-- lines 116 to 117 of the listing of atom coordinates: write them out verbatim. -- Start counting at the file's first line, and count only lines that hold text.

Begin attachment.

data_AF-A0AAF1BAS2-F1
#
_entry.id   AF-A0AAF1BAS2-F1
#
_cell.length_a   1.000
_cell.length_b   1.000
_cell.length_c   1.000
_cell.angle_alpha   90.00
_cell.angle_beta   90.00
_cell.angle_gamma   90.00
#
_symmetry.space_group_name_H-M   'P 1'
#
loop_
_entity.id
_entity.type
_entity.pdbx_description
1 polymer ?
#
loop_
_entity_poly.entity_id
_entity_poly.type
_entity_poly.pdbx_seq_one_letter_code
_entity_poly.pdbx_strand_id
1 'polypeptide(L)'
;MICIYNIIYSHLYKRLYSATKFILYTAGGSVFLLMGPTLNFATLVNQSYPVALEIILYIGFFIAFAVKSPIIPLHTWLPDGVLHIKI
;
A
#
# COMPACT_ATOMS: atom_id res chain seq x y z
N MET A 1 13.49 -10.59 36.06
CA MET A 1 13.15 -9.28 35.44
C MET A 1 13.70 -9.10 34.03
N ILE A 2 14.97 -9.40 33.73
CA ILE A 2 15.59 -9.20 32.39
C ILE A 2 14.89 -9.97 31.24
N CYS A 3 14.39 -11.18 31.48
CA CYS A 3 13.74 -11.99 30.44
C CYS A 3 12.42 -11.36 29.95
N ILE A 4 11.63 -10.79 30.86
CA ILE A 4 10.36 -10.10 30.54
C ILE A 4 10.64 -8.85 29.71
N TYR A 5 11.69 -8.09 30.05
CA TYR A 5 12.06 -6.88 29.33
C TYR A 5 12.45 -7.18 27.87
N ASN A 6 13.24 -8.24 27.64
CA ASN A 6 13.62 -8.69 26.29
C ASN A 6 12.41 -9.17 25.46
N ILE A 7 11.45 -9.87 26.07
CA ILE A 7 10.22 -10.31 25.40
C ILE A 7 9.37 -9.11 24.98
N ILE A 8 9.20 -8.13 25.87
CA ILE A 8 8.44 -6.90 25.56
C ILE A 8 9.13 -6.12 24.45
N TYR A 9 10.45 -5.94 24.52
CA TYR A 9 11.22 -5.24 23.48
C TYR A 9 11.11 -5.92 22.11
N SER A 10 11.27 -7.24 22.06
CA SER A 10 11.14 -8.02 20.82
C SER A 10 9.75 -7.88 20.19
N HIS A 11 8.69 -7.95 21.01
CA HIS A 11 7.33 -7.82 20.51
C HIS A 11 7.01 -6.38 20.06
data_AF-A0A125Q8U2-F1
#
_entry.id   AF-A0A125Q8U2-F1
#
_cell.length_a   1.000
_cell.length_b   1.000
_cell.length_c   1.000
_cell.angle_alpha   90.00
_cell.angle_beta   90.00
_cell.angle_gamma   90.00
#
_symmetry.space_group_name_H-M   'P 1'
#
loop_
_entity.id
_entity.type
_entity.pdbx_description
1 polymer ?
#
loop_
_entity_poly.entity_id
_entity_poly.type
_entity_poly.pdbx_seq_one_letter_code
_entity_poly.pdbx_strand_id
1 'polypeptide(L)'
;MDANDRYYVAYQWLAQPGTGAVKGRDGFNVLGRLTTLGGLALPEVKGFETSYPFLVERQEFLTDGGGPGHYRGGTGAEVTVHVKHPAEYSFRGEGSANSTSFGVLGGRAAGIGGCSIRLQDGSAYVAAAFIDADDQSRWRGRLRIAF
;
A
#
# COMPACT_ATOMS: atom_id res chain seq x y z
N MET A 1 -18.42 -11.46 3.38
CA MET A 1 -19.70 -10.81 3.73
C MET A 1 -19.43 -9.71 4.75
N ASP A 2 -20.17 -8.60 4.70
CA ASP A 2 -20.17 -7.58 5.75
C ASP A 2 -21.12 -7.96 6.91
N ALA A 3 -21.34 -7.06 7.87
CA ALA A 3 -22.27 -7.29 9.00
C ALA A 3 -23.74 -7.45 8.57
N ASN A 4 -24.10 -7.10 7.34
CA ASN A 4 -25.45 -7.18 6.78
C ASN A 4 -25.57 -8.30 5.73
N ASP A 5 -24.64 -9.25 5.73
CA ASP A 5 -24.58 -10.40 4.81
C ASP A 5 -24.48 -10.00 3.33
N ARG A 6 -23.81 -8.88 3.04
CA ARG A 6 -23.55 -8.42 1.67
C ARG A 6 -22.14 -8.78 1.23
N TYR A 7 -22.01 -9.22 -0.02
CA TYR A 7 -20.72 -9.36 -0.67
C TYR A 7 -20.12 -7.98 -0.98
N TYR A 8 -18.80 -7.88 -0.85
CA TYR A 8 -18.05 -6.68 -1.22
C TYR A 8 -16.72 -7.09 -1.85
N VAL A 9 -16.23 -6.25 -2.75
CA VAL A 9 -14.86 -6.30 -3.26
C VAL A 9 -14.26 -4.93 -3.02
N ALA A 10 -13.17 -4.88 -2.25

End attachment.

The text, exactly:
CA TYR A 8 -18.05 -6.68 -1.22
C TYR A 8 -16.72 -7.09 -1.85